Time management training is sometimes approached in a purely cerebral way with extensive flow diagrams and theories discussed at length. We have however seen this type of business training fail again and again to translate into lasting change. Better time management courses like Getting Things Done also stress practical implementation in their training. We would go one step further and suggest that the whole person needs to be considered, not just technology and systems but also culture, emotions and the body. In this article Mark Walsh addresses some of these more unusual aspects of productivity. (Mark leads workshops for Think Productive, a partner of Inspire’s who specialise in this perspective).
Productivity and Time Management – Body Basics
Let’s go back to basics – the most important way to manage your time is not to die. The most common killers of senior managers and leaders in the Western world are all stress and lifestyle related (e.g. heart disease) so maintaining physical and psychological health is a must. I actually find it hard to understand why companies tolerate staff who drink excessively, eat junk and don’t exercise as these factors will certainly make them less productive. Someone may have read all the time management books in the world but if they keep having sick-days it will make no difference. Get a good night’s sleep, eat your vegetables, go for a walk…This is all the stuff your mum told you about when you were a kid so just get on with it, no excuses.
Centring – Manage Yourself First
Being centred is crucial for time management. Most of my clients already understand cognitively Covey’s “urgent and important” for example, it’s simple enough to get at a head level and they are usually smart people, but this is not enough. Why does a leaders or manager who knows that they have better things to do spend time swotting urgent “flies” as they arise? A major problem is that people are often in a physiological state of heightened arousal (“fight or flight”) that means making informed intelligent decisions is hard. Learning how to manage this and “get themselves together” physically, mentally and emotionally (they are intertwined) is crucial for effective time management and productivity. Some physical grounding and “centring” practices are a simple and quick way to do this. Meditation and mental training is also highly beneficial to training attention – not just knowing about “a mind like water” as David Allen would say but actually developing one through practice.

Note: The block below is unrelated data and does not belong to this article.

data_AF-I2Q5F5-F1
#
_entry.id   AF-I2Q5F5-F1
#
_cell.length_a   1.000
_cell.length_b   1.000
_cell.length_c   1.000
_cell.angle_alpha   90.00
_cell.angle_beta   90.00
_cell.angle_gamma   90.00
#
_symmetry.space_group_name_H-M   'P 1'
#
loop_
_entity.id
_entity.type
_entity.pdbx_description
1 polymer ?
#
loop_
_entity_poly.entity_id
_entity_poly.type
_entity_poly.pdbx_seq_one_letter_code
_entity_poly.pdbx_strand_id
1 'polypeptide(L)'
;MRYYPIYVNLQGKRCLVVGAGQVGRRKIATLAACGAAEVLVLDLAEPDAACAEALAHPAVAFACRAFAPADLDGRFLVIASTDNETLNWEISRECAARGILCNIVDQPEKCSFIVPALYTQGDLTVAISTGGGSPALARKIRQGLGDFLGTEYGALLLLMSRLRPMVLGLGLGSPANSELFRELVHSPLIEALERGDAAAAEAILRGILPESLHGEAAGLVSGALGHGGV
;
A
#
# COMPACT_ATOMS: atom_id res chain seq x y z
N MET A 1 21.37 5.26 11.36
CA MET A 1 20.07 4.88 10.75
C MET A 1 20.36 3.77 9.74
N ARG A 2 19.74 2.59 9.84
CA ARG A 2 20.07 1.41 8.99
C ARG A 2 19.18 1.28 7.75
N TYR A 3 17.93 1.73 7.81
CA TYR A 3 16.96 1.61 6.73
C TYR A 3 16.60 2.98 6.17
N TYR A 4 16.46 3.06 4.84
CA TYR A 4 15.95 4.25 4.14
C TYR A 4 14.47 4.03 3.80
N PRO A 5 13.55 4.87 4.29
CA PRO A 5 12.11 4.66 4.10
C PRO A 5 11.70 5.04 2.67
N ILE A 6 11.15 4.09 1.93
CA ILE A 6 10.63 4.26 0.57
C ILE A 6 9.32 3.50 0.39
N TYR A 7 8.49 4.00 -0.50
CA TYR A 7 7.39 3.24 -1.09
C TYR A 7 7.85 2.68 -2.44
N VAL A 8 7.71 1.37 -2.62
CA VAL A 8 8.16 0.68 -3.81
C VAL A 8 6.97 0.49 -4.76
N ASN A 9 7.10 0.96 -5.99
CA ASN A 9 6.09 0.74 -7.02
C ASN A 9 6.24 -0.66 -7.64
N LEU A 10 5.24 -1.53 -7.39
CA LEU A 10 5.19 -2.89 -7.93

Emotional Time Management Blocks
Another embodied time management issue is the emotional blocks people have regarding most important aspects. Most people I meet who are overwhelmed are not so because they do not have the right e-mail system or what-not, they are stressed out and breaking promises because they can’t say no or ask for help (sometimes called delegating). These involve deep seated embodied emotional issues – some people have lived in a body of yes or “I’ll do it myself” most of their lives and simply reading Brian Tracey won’t change this. Our bodies predispose our actions and productivity.
Productivity, Time Management and Spirituality
Mindfulness – being aware of the present moment – is critically important for time management and not just for Buddhists and other meditators. Traditional time management can focus on planning but it is being present to here and now that lets one avoid the myriad distractions of the modern e-world and focus to what matters. This level of awareness is essentially a demanding form of spiritual practice.
Another issue not addressed by many corporate time management courses is doing vs. being. If time management is all about running around doing things and not “just being” burnout will result. I am prone to this one myself as someone trained in the traditional dark arts of productivity and it causes problems. Sitting in nature doing nothing for example can be just the thing a busy executive needs to look after themselves and boost their productivity! It can also help them make decisions about how to spend their time with their “gut” rather than just their head.
Time management and productivity involve not just planning and logical decision making but also intuition, feeling and sensing the body. Someone using all these aspects of themselves to make decisions and look after themselves will not only get more done but stop make themselves sick or go insane in the process. I believe that truly effective time management training courses takes flow and direction, feeling and thinking, doing and being into account equally.
Mark Walsh leads business training providers Integration Training – based in Brighton, London and Birmingham UK. Specialising in working with emotions, the body and spirituality at work they help organisations get more done without going insane (stress and time management training), coordinate action more effectively (team building and communication training) and help leaders build impact, influence and presence. In his other spare time he dances, meditates, practices aikido and enjoys being exploited by two cats.